Recently I got a letter from my Homeowners’ Association stating that they are proposing a rule change: “Due to an increase in the number of reported verbal abuse incidents against representatives of the Association, the Board of Directors is proposing to increase the monetary fine associated with a verbal abuse violation to deter this unwanted conduct.” Apparently (Hah! I better go back and read the HOA rules!), there’s already such a rule that states that this kind of behavior will cost you $100, but the new rule proposes a doubling of the fine, to $200.
(OK, so I live in the OC, but we’re not all like the Real Housewives of Orange County. The gated community I live in is filled with well-educated family types that one would think would not need such rules. One would think…)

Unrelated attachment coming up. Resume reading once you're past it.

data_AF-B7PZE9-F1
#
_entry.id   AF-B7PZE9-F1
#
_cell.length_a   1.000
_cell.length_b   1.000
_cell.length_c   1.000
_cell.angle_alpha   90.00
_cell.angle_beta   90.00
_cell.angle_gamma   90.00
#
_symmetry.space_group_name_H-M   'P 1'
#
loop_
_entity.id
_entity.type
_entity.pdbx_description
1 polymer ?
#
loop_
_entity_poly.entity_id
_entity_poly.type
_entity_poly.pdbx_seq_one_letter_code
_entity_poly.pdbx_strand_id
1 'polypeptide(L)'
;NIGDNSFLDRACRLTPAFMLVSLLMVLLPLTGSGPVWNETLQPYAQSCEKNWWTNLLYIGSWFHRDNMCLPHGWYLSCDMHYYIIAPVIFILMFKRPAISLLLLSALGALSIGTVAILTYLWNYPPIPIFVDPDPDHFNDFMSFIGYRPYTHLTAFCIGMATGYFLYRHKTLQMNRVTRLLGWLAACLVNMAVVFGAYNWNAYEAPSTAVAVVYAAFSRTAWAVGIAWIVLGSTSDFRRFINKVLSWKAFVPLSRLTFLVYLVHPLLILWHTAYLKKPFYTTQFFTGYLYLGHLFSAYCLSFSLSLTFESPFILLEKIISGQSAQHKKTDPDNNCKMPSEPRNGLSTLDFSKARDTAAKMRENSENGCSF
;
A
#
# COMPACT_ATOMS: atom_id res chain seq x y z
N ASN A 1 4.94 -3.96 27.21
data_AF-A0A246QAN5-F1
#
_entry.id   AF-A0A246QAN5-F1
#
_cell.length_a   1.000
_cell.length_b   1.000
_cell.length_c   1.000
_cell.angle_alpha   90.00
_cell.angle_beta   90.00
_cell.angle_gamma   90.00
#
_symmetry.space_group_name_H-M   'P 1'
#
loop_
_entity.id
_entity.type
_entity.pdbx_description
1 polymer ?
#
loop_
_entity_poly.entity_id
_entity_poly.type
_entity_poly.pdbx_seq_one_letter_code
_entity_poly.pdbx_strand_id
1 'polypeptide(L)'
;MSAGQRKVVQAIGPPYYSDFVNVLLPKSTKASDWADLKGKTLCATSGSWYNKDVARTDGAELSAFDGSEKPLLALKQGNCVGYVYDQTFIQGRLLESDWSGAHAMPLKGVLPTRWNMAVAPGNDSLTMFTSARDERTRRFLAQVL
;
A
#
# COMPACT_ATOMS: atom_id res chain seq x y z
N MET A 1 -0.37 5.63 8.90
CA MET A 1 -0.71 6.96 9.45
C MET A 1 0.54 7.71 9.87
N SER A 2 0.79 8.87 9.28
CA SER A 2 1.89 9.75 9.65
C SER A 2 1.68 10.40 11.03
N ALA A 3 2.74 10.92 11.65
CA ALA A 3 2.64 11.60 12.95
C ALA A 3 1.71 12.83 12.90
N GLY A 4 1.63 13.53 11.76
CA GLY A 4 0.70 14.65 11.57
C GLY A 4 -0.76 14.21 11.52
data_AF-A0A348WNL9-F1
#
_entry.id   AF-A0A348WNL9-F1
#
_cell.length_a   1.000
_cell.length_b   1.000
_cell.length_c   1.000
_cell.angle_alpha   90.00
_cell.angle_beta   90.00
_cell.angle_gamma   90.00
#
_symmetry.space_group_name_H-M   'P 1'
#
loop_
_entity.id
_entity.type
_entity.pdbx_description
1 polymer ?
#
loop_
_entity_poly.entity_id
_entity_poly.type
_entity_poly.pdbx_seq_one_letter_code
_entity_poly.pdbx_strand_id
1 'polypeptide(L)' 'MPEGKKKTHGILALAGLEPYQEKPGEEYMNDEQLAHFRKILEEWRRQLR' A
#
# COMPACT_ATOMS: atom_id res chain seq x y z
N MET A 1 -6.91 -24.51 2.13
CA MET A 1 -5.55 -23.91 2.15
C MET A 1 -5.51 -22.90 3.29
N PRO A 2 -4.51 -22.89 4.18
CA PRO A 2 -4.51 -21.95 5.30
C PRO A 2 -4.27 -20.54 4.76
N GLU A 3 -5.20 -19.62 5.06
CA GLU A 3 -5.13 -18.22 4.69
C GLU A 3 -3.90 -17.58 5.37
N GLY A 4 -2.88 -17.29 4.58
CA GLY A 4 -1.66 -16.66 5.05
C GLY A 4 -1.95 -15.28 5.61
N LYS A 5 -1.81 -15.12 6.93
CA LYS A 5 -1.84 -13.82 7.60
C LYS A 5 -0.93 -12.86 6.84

So, I got to thinking, as I usually do… what if all companies fined customers any time they got verbally abusive with their frontline representatives? Would that deter customers from complaining? Would that force customers to be nicer to company reps? Do we need incentives for customers to not get angry in their dealings with company reps? Is this anger justified?
Or, would that just give companies a good excuse to ignore the customer experience and the quality of service provided?
Who takes the high ground?
Shep Hyken (@hyken) tweeted: The customer is not always right, but they are the customer. So if they are wrong, let them be wrong with dignity & respect.
What rights does the company have in this equation?
This line of thinking reminded me about a Twitter exchange I had a few weeks back. I tweeted an article titled “Where, oh where, has customer service gone?” to which Annie Pettit (@LoveStats) responded, “Where oh where have polite consumers gone…:)” That threw me for a minute, but it’s so true. We put a lot of weight on hiring people who are nice, friendly, and service-oriented, but how much crap can they or do they have to take?
People buy from people. Time to put human back into the service equation. On both sides of the equation.